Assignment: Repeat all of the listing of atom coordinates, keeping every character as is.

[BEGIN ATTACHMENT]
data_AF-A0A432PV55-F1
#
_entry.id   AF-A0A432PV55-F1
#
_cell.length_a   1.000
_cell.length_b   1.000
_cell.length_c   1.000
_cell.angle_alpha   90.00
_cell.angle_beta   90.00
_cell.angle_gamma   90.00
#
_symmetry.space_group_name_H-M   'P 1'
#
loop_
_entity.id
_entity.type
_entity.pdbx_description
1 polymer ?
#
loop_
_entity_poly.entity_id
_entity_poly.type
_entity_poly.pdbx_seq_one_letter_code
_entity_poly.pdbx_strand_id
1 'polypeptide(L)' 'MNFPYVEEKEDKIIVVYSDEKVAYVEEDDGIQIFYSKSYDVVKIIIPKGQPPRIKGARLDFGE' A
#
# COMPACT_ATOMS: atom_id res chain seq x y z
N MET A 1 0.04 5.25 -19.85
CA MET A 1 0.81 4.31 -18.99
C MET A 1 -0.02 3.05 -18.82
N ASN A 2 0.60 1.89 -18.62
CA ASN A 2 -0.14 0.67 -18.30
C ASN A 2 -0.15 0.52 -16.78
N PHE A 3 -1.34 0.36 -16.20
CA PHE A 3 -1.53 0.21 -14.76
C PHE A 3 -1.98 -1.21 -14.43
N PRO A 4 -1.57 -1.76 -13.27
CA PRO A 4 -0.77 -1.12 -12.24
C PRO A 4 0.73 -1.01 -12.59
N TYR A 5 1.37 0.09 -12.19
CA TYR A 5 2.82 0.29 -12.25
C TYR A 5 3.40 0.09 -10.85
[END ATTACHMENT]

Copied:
data_AF-A0A432PV55-F1
#
_entry.id   AF-A0A432PV55-F1
#
_cell.length_a   1.000
_cell.length_b   1.000
_cell.length_c   1.000
_cell.angle_alpha   90.00
_cell.angle_beta   90.00
_cell.angle_gamma   90.00
#
_symmetry.space_group_name_H-M   'P 1'
#
loop_
_entity.id
_entity.type
_entity.pdbx_description
1 polymer ?
#
loop_
_entity_poly.entity_id
_entity_poly.type
_entity_poly.pdbx_seq_one_letter_code
_entity_poly.pdbx_strand_id
1 'polypeptide(L)' 'MNFPYVEEKEDKIIVVYSDEKVAYVEEDDGIQIFYSKSYDVVKIIIPKGQPPRIKGARLDFGE' A
#
# COMPACT_ATOMS: atom_id res chain seq x y z
N MET A 1 0.04 5.25 -19.85
CA MET A 1 0.81 4.31 -18.99
C MET A 1 -0.02 3.05 -18.82
N ASN A 2 0.60 1.89 -18.62
CA ASN A 2 -0.14 0.67 -18.30
C ASN A 2 -0.15 0.52 -16.78
N PHE A 3 -1.34 0.36 -16.20
CA PHE A 3 -1.53 0.21 -14.76
C PHE A 3 -1.98 -1.21 -14.43
N PRO A 4 -1.57 -1.76 -13.27
CA PRO A 4 -0.77 -1.12 -12.24
C PRO A 4 0.73 -1.01 -12.59
N TYR A 5 1.37 0.09 -12.19
CA TYR A 5 2.82 0.29 -12.25
C TYR A 5 3.40 0.09 -10.85